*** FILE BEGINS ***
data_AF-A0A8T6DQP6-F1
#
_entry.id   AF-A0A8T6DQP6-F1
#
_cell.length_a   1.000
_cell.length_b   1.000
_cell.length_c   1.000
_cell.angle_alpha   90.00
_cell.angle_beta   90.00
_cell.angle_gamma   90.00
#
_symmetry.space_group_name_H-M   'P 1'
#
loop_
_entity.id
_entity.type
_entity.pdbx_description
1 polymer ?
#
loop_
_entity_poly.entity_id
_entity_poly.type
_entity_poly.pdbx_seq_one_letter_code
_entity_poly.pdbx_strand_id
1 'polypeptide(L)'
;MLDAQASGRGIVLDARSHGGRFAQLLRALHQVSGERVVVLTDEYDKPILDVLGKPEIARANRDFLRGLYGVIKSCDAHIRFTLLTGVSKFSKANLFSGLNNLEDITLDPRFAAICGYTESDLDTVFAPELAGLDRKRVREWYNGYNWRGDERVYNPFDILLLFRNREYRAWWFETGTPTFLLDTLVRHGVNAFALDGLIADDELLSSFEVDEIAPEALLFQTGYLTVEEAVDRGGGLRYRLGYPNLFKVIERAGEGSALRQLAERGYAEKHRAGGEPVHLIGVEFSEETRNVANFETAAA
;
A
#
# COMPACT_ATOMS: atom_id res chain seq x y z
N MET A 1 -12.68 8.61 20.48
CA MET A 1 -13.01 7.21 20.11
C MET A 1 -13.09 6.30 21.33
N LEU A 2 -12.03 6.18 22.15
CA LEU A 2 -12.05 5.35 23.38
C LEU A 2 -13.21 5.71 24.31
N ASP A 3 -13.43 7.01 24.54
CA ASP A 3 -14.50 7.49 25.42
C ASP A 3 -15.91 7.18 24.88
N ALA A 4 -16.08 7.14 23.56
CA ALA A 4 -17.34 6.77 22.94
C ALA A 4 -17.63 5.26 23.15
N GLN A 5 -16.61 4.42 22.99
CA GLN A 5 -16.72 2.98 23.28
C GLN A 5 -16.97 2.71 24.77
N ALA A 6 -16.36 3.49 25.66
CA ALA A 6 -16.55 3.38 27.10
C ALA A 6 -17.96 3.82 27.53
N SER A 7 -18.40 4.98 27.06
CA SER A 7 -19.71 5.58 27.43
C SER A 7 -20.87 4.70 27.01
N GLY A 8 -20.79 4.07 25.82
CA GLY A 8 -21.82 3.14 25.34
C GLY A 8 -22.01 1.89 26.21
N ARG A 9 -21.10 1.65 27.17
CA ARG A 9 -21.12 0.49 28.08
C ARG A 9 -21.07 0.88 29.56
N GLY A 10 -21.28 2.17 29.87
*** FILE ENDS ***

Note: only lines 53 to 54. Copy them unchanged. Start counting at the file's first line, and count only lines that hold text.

CA GLY A 8 -21.82 3.14 25.34
C GLY A 8 -22.01 1.89 26.21